I have been discussing for some time how, in Brazil and in the world, sustainability is gaining more and more space as a consumption criterion – which invariably leads to a response from the industry, which tends to adapt, over time (since it is a long process, which does not happen overnight), all stages of the production chain to reflect this consumer demand. The exercise of sustainability, naturally, falls with greater responsibility on the industries, but to a lesser extent it also crosses consumption habits and choices at the individual level, and almost everything that concerns it can be thought of in these two keys.
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The element that I want to highlight here, due to its relevance and tendency to appear in most common conversations about sustainability in different industries, including food and beverage, is packaging, which can be thought of both on an individual level – who recycles or not. who recycles, who reuses, who gives preference to foods sold in smaller packages or even without packages, who disposes of them improperly, etc. – as an industrial – what materials are used in packaging, how is its production process, if there is a preference for recyclable materials, the degree of involvement of industries in recycling chains and, broadly, what the industry is doing to make its packaging more sustainable.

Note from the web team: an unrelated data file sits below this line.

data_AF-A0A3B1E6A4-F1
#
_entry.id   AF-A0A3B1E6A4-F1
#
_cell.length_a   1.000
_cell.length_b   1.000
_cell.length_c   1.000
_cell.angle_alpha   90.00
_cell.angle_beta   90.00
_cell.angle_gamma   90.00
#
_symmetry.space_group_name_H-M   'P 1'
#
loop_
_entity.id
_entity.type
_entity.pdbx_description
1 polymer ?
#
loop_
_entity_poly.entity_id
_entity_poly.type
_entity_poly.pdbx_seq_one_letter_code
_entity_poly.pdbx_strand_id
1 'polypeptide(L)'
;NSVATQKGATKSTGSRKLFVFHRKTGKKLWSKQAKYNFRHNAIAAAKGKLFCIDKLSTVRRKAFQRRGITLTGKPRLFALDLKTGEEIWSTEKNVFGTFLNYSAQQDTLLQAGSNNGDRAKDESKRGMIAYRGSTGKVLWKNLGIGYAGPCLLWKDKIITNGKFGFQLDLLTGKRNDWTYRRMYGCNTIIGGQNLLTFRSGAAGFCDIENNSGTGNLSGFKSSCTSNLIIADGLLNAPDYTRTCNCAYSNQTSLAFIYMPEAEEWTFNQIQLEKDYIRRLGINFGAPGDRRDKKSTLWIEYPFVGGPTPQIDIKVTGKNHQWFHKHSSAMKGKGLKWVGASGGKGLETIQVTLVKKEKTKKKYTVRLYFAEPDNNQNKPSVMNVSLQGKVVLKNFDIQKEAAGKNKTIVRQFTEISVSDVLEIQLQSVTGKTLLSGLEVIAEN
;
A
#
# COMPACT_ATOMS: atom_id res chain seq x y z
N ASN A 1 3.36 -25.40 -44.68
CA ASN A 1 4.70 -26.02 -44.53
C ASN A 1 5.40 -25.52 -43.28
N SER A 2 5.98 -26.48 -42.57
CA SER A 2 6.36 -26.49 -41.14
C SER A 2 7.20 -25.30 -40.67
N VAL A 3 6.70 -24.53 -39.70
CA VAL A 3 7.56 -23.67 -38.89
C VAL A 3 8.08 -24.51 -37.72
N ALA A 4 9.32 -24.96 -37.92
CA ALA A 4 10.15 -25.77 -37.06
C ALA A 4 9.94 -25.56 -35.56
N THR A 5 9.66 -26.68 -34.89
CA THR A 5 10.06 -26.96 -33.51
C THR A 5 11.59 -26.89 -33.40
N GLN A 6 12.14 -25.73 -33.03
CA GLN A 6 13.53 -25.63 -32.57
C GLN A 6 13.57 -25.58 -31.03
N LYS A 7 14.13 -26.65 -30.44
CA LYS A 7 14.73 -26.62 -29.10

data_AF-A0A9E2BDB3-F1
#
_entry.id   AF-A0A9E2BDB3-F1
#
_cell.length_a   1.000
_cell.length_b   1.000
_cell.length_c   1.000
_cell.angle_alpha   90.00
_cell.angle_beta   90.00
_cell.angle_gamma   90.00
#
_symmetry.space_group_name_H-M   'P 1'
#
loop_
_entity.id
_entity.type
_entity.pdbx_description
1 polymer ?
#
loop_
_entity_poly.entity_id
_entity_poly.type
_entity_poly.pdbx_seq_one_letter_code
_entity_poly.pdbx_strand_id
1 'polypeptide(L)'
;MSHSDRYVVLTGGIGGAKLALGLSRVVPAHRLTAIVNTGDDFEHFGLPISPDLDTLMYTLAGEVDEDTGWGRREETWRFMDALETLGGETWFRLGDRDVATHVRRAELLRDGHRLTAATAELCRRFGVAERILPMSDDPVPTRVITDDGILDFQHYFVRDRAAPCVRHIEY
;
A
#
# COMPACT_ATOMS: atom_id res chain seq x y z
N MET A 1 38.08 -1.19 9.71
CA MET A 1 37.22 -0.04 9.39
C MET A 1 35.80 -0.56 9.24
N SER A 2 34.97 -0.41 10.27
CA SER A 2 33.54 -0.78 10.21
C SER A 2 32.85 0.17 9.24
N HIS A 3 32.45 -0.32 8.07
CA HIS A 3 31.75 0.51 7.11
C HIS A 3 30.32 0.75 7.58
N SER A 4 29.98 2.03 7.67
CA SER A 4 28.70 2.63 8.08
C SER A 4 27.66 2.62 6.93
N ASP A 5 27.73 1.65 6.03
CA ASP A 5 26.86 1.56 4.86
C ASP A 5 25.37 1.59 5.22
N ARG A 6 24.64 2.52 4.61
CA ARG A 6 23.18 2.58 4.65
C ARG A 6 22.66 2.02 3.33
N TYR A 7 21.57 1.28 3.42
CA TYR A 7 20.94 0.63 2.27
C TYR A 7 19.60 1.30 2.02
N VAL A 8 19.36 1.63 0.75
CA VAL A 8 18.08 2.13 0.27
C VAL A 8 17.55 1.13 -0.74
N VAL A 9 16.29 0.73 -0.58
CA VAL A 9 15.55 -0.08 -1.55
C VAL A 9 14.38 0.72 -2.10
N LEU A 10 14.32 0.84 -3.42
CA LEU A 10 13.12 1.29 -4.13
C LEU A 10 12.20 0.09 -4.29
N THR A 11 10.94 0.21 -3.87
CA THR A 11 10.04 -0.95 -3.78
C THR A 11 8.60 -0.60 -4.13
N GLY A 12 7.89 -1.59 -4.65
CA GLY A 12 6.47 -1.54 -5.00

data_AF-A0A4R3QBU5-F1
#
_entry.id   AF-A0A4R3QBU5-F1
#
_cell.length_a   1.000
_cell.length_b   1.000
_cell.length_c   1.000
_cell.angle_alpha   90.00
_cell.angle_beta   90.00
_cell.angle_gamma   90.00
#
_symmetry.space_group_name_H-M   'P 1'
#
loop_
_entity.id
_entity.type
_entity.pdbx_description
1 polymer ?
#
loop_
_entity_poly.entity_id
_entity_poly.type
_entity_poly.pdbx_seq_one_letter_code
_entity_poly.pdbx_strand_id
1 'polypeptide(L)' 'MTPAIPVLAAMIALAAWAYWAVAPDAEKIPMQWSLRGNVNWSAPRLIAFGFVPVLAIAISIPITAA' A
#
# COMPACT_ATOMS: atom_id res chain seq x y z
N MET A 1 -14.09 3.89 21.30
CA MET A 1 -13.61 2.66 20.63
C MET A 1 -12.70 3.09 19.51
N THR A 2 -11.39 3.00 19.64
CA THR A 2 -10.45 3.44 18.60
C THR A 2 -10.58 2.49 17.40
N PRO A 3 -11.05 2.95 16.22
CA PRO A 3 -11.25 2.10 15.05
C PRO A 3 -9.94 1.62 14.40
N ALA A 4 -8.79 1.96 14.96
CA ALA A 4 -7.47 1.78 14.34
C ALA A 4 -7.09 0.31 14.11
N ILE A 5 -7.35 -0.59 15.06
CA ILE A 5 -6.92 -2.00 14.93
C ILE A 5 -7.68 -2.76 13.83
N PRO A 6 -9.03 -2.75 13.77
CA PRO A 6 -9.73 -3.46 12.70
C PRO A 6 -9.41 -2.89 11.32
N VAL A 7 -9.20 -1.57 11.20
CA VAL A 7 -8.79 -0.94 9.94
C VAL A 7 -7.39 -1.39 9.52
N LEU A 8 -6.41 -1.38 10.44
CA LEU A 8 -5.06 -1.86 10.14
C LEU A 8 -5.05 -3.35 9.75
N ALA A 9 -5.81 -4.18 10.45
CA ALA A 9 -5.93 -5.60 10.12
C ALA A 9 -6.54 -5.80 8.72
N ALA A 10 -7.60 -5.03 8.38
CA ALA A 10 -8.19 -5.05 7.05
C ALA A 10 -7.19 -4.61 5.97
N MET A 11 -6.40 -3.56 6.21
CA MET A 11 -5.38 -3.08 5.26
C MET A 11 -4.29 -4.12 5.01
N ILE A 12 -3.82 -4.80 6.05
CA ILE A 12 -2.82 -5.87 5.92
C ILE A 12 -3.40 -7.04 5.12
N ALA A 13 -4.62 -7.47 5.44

We have wrapped this complex set of initiatives towards more sustainable packaging in the concept of “positive packaging” or “positive packaging”: a strategic look that seeks to understand how packaging helps to build a sustainable consumption chain and that goes through concepts such as ecodesign, disposal suitable, recyclability and many other factors.
Several innovations have been implemented in this sense, with emphasis on the replacement of packaging materials with more sustainable alternatives: plastic for paper, use of partially or completely recycled and returnable materials, and so on. These initiatives are undoubtedly linked to consumer expectations: according to the recent Sustainable Packaging Consumer Research 2021 survey, carried out by Tetra Pak, around 40% of consumers mentioned having more motivation to perform packaging separation to recycling if they are made entirely of paper and have no plastic or aluminum.
In this vein, manufacturers of carton packs have been testing the use of barriers based on fibers or polymers instead of aluminum, to increase the renewable content of the packs and neutralize the carbon footprint in the manufacturing process. The first results have been promising, suggesting a substantial reduction in CO2 emissions without compromising food quality or shelf life. Another differential is the increased interest by paper mills in packaging with a higher content of this material, which strengthens the low carbon circular economy ecosystem.
The fact is that, as an industry, we need to build a journey that prioritizes sustainability, and from an apparently simple item, such as packaging, we are able to think and design a profound collaborative transformational innovation, which involves the industry itself, startups, universities, companies technology and even public institutions. In this way, we will not only meet a demand on the planet, but also the expectations of consumers who are increasingly critical of the products they choose from the shelves.
Danilo Zorzan is Marketing Director at Tetra Pak Brasil